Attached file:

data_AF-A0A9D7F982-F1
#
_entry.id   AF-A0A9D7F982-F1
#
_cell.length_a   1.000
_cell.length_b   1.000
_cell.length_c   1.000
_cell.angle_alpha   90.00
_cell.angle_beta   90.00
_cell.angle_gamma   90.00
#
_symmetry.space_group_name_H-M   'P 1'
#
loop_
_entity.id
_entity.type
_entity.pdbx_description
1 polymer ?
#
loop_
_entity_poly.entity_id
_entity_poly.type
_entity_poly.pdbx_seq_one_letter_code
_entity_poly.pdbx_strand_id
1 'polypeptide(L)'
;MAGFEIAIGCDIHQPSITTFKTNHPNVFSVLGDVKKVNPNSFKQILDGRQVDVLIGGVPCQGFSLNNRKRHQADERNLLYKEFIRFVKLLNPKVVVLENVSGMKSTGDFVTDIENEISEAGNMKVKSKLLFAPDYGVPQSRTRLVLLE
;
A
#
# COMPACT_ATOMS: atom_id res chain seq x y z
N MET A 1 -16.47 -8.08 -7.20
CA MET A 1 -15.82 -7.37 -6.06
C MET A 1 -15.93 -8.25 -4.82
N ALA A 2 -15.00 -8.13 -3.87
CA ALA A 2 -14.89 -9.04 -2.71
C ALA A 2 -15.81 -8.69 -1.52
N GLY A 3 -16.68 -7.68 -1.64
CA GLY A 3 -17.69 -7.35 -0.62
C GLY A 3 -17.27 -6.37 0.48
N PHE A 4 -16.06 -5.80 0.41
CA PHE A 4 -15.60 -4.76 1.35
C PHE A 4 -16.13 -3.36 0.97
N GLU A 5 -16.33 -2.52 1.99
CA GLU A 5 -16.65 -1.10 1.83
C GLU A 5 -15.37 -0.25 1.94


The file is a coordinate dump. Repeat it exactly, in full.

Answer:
data_AF-A0A9D7F982-F1
#
_entry.id   AF-A0A9D7F982-F1
#
_cell.length_a   1.000
_cell.length_b   1.000
_cell.length_c   1.000
_cell.angle_alpha   90.00
_cell.angle_beta   90.00
_cell.angle_gamma   90.00
#
_symmetry.space_group_name_H-M   'P 1'
#
loop_
_entity.id
_entity.type
_entity.pdbx_description
1 polymer ?
#
loop_
_entity_poly.entity_id
_entity_poly.type
_entity_poly.pdbx_seq_one_letter_code
_entity_poly.pdbx_strand_id
1 'polypeptide(L)'
;MAGFEIAIGCDIHQPSITTFKTNHPNVFSVLGDVKKVNPNSFKQILDGRQVDVLIGGVPCQGFSLNNRKRHQADERNLLYKEFIRFVKLLNPKVVVLENVSGMKSTGDFVTDIENEISEAGNMKVKSKLLFAPDYGVPQSRTRLVLLE
;
A
#
# COMPACT_ATOMS: atom_id res chain seq x y z
N MET A 1 -16.47 -8.08 -7.20
CA MET A 1 -15.82 -7.37 -6.06
C MET A 1 -15.93 -8.25 -4.82
N ALA A 2 -15.00 -8.13 -3.87
CA ALA A 2 -14.89 -9.04 -2.71
C ALA A 2 -15.81 -8.69 -1.52
N GLY A 3 -16.68 -7.68 -1.64
CA GLY A 3 -17.69 -7.35 -0.62
C GLY A 3 -17.27 -6.37 0.48
N PHE A 4 -16.06 -5.80 0.41
CA PHE A 4 -15.60 -4.76 1.35
C PHE A 4 -16.13 -3.36 0.97
N GLU A 5 -16.33 -2.52 1.99
CA GLU A 5 -16.65 -1.10 1.83
C GLU A 5 -15.37 -0.25 1.94